Possible Defendant's Notice [s.14]This is a counter-intuitive provision. It sets out a procedure whereby someone who suspects they make have a claim made against themselves to give notice to the prospective 'plaintiff'.
. Gordon Dunk Farms Limited v. HFH Inc.
In Gordon Dunk Farms Limited v. HFH Inc. (Ont CA, 2021) the Court of Appeal held that the trial judge erred in their interpretation of s.14 of the Limitations Act (the case confirms the oddity of the provision):
 Section 14 of the Act allows a person who is a potential defendant in an action to put the potential plaintiff on notice that the potential plaintiff may have a claim against the person, the potential defendant. The purpose is to give a potential defendant the ability to start the two-year limitation period running so that it can have certainty about when the action will become statute barred. It is not an admission of liability. The section allows the court to take the notice into account if a limitation issue arises in respect of an action after it is commenced. Section 14 reads:
14 (1) A person against whom another person may have a claim may serve a notice of possible claim on the other person.
(2) A notice of possible claim shall be in writing and signed by the person issuing it or that person’s lawyer, and shall,
(a) describe the injury, loss or damage that the issuing person suspects may have occurred;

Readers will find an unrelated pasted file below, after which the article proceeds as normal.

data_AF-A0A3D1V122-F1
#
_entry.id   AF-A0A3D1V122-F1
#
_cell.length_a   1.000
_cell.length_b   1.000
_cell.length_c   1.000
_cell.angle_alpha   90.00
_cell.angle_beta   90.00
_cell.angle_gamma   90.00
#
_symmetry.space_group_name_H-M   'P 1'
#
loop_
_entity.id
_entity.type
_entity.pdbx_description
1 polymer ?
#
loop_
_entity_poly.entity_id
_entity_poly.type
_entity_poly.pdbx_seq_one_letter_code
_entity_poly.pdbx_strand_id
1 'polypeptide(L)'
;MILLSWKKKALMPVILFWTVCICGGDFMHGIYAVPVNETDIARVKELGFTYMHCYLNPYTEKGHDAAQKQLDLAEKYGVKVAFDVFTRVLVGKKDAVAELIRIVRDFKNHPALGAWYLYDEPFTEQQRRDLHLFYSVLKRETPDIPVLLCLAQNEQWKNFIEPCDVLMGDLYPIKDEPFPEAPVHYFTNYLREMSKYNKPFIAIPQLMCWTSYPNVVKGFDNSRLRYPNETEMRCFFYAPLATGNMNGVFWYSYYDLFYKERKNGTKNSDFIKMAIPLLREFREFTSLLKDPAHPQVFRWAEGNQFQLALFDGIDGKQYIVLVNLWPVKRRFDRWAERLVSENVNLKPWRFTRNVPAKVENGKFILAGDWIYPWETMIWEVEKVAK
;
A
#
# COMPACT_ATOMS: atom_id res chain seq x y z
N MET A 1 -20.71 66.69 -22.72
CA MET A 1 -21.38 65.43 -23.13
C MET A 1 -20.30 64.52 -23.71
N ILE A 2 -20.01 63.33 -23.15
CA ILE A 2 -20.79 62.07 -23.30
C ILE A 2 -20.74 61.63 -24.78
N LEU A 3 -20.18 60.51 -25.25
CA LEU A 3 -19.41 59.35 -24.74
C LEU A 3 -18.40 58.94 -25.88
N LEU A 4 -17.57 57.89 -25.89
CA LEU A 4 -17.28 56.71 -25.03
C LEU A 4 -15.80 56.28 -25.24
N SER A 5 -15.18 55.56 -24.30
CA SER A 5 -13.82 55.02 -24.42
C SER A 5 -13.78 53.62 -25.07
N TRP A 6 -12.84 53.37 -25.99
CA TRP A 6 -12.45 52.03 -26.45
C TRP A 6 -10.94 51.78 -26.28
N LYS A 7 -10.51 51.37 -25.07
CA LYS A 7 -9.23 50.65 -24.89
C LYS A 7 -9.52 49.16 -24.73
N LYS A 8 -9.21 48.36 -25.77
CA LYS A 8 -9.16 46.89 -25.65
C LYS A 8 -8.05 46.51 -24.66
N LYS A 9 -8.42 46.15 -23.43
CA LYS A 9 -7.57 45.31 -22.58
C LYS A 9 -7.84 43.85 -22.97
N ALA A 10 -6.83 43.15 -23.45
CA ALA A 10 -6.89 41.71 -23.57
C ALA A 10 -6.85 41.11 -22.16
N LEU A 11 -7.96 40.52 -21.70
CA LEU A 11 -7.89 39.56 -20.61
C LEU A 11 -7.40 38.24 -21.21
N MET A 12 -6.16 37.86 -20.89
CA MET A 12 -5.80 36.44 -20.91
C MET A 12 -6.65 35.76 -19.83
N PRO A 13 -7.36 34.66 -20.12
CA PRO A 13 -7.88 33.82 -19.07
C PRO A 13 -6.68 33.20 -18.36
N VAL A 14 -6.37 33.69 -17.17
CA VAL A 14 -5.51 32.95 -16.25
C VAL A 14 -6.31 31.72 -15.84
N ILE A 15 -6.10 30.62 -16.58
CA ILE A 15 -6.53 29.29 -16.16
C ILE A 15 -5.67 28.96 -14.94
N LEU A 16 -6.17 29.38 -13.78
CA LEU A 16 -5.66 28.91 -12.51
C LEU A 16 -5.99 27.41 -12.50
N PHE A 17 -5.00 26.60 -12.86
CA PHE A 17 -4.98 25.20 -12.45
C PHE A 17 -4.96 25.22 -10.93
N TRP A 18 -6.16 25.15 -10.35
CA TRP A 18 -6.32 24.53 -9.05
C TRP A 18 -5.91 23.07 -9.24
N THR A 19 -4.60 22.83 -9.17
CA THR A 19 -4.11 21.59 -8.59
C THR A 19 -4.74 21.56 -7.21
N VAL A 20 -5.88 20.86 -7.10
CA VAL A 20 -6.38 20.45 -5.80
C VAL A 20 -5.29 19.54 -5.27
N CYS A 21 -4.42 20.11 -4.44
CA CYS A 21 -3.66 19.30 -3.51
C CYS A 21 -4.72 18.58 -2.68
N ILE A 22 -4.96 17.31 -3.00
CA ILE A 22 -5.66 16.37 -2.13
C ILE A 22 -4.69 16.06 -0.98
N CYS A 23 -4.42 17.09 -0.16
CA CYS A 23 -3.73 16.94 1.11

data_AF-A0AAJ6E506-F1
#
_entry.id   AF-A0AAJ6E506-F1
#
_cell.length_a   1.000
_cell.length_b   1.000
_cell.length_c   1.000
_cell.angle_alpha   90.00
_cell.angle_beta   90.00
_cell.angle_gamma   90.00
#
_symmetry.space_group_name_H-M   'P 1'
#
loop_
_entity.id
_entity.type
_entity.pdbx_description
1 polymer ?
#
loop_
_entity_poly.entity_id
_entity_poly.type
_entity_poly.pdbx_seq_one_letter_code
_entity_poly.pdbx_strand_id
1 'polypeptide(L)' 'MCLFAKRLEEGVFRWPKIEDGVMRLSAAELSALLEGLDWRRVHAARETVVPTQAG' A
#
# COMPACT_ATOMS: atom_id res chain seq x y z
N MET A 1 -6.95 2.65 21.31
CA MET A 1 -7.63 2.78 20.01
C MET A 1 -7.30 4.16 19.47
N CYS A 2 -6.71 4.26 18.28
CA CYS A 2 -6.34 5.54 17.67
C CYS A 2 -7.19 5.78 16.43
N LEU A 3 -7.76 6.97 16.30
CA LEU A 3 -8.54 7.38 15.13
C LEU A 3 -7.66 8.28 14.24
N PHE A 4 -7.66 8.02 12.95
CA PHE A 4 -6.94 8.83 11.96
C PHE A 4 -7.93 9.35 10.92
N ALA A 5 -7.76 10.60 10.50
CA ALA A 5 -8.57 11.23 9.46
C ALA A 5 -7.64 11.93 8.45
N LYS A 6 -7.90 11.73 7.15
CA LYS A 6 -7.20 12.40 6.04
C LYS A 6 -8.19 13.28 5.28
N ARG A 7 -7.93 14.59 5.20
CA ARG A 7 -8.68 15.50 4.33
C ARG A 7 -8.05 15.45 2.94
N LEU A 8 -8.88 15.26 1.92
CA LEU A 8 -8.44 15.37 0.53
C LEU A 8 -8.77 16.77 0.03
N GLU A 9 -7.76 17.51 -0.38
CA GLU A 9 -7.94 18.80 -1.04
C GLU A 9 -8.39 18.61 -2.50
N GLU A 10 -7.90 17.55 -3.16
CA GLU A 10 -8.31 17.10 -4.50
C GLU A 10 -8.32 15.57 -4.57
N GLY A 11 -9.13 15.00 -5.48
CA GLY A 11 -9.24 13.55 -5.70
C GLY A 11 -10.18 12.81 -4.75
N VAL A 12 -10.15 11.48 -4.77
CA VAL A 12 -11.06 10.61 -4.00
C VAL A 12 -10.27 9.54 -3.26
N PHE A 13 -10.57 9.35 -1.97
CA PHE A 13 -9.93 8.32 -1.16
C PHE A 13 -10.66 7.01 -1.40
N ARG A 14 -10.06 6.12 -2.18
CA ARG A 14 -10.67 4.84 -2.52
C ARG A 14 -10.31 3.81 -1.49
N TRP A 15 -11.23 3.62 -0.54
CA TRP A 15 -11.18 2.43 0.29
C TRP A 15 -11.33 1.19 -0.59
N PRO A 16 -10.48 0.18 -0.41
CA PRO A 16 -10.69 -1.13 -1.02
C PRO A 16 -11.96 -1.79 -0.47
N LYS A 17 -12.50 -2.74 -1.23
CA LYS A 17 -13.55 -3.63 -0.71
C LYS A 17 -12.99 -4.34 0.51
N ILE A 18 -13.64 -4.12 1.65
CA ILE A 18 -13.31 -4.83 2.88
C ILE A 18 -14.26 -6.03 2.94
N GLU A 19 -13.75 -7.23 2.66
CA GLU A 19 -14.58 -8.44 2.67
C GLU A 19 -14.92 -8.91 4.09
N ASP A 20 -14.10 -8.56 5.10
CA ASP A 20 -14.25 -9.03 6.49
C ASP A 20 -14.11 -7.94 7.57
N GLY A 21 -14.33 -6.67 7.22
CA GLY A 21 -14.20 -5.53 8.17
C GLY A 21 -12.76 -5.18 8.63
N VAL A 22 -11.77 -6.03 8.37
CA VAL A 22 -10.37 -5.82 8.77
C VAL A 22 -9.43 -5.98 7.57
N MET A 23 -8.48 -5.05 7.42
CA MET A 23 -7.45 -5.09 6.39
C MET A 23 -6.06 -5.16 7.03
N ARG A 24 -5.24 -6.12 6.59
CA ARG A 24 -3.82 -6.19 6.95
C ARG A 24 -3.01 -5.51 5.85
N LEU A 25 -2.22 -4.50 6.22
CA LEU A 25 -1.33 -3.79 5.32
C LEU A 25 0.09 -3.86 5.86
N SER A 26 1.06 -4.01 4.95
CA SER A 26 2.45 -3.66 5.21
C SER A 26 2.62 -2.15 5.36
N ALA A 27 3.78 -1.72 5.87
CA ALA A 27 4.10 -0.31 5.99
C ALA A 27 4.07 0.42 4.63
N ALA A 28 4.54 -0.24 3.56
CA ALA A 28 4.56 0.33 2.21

(b) identify the act or omission giving rise to the injury, loss or damage;
(c) indicate the extent to which the issuing person suspects that the injury, loss or damage may have been caused by the issuing person;
(d) state that any claim that the other person has could be extinguished because of the expiry of a limitation period; and
(e) state the issuing person’s name and address for service.
(3) The fact that a notice of possible claim has been served on a person may be considered by a court in determining when the limitation period in respect of the person’s claim began to run.
(4) Subsection (3) does not apply to a person who is not represented by a litigation guardian in relation to the claim and who, when served with the notice,
(a) is a minor; or In this case, the appellant’s insurance adjuster sent letters to the three respondents on behalf of the appellant, the potential plaintiff, to put them on notice of the barn collapse and of their potential liability as defendants, and recommended that they refer the letter to their liability insurers and have them contact the appellant’s adjuster for further details.
(b) is incapable of commencing a proceeding because of his or her physical, mental or psychological condition.
(5) A notice of possible claim is not an acknowledgment for the purpose of section 13.
(6) A notice of possible claim is not an admission of the validity of the claim.
 The motion judge took these letters into account to support his finding that the appellant knew sufficient facts to commence the action when those letters were sent. While the motion judge was entitled to do that as a matter of inference, he was in error by referring to s. 14 and relying on s. 14(3) as his authority for doing so. Section 14 had no application to the facts of this case, where it was the potential plaintiff putting the potential defendants on notice and not the other way around.